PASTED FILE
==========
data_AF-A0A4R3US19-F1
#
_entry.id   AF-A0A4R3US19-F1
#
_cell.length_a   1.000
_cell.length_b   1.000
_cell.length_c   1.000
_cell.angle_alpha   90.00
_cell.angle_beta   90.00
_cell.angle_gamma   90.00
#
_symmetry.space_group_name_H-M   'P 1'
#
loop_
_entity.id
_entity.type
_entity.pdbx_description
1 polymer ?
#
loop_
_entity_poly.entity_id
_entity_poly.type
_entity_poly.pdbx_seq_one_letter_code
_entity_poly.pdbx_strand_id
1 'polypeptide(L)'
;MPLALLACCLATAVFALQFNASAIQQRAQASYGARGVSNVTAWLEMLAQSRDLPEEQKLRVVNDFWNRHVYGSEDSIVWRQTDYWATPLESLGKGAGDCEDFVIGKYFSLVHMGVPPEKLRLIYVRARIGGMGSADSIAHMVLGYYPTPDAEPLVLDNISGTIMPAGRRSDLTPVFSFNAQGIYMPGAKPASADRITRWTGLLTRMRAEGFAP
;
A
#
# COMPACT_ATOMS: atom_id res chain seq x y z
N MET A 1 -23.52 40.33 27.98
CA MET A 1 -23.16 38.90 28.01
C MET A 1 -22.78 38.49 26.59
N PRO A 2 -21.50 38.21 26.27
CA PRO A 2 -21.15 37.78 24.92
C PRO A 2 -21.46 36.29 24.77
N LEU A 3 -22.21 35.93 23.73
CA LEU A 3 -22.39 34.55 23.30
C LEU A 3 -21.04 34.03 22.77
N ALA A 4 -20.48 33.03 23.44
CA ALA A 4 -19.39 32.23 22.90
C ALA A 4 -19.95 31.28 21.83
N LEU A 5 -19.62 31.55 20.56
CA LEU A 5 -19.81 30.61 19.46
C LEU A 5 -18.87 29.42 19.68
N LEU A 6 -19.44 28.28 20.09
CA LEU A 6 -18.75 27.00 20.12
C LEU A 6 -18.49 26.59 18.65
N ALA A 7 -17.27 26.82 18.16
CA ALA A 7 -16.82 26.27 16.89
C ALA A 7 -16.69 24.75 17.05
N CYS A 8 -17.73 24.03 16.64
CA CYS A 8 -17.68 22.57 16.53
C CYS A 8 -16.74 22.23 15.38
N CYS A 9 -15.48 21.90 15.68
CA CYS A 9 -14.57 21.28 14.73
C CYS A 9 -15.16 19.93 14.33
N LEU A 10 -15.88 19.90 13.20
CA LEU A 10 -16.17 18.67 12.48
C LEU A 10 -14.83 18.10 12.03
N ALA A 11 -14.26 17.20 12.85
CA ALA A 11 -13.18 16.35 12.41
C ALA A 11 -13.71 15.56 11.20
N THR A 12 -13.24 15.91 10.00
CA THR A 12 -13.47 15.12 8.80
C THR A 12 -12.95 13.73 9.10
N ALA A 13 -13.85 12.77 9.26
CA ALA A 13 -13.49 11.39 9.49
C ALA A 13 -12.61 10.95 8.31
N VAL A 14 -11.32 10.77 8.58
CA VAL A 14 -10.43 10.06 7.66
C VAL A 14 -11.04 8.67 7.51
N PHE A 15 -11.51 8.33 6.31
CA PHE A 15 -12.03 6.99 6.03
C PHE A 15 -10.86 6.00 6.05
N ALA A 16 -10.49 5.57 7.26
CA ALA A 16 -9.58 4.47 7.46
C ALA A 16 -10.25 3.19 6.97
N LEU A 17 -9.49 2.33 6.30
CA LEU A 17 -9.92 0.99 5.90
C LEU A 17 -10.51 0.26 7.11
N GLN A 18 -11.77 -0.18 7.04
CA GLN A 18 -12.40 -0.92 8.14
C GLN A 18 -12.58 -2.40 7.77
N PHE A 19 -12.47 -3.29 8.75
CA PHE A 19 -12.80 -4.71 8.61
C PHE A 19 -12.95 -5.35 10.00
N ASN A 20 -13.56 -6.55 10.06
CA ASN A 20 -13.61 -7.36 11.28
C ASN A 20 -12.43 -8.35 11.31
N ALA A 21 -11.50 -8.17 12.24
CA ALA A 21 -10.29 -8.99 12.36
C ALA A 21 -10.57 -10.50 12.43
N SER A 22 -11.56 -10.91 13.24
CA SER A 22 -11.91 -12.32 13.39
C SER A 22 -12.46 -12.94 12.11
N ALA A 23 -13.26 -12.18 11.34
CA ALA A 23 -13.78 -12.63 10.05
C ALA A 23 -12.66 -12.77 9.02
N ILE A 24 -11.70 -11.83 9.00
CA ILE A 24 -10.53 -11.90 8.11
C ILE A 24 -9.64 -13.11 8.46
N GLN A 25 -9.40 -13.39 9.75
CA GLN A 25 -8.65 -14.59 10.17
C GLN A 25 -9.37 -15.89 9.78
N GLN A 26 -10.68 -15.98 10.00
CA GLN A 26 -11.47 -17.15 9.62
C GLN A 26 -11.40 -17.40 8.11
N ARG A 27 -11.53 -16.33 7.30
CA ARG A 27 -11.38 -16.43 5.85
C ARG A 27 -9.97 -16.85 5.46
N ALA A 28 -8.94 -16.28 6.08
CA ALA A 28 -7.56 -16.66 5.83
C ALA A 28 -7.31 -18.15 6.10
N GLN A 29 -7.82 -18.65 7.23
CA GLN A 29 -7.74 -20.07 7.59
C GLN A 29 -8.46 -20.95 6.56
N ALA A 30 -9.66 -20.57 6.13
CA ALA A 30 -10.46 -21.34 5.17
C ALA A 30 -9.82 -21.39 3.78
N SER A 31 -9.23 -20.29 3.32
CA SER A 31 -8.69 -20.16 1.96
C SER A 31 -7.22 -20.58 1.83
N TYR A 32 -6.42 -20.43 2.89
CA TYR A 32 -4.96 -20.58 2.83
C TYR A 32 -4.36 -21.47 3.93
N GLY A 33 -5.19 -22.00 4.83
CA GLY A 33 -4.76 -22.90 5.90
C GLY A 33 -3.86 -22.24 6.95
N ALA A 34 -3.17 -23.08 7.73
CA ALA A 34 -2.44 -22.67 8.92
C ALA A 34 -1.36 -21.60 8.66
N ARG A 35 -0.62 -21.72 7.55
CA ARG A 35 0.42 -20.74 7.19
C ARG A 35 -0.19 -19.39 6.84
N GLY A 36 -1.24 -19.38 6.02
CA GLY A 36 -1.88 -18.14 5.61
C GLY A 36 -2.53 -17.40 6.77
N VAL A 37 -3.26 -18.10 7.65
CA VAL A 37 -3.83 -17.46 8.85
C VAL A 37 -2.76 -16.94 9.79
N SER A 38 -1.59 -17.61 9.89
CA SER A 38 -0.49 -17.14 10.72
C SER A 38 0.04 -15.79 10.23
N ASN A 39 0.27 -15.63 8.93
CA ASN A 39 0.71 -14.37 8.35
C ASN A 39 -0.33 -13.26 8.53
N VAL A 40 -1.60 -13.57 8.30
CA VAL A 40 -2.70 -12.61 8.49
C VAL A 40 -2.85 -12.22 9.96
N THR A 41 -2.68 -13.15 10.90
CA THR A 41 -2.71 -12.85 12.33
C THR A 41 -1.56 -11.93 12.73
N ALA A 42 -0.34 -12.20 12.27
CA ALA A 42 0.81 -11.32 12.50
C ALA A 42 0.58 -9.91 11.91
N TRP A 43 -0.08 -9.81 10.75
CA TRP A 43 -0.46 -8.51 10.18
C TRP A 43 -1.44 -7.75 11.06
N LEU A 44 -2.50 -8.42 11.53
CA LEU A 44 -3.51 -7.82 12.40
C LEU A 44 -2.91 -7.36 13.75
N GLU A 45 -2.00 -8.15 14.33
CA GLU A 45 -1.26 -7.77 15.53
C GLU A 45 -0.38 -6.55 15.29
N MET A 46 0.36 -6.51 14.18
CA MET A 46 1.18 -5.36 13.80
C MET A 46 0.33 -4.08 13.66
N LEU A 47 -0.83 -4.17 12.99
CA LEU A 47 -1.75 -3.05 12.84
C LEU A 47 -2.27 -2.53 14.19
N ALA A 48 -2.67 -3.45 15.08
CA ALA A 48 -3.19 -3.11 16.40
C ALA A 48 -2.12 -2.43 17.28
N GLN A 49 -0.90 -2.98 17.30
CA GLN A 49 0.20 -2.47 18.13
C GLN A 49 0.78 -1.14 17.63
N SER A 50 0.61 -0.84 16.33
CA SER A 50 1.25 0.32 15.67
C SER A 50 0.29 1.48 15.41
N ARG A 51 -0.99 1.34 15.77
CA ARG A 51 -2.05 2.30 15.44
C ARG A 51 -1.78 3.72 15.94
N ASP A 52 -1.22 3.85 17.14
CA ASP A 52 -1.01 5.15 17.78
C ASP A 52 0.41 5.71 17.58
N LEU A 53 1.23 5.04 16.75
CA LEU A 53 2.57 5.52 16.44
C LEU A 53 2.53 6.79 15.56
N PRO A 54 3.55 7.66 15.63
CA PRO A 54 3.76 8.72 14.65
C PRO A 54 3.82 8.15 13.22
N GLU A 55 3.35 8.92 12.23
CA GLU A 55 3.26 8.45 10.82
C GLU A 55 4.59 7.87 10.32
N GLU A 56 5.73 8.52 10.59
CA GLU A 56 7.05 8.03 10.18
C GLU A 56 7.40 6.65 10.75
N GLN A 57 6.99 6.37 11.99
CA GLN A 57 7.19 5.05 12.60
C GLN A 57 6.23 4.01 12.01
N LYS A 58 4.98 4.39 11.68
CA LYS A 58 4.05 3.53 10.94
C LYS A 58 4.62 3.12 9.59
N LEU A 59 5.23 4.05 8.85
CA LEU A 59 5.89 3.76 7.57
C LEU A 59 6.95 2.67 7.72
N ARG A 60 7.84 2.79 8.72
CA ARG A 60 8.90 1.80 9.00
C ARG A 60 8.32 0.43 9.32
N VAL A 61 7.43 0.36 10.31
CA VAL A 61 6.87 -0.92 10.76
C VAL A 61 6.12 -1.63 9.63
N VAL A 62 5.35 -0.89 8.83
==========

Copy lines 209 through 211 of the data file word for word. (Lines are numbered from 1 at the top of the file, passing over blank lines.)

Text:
CA ARG A 60 8.90 1.80 9.00
C ARG A 60 8.32 0.43 9.32
N VAL A 61 7.43 0.36 10.31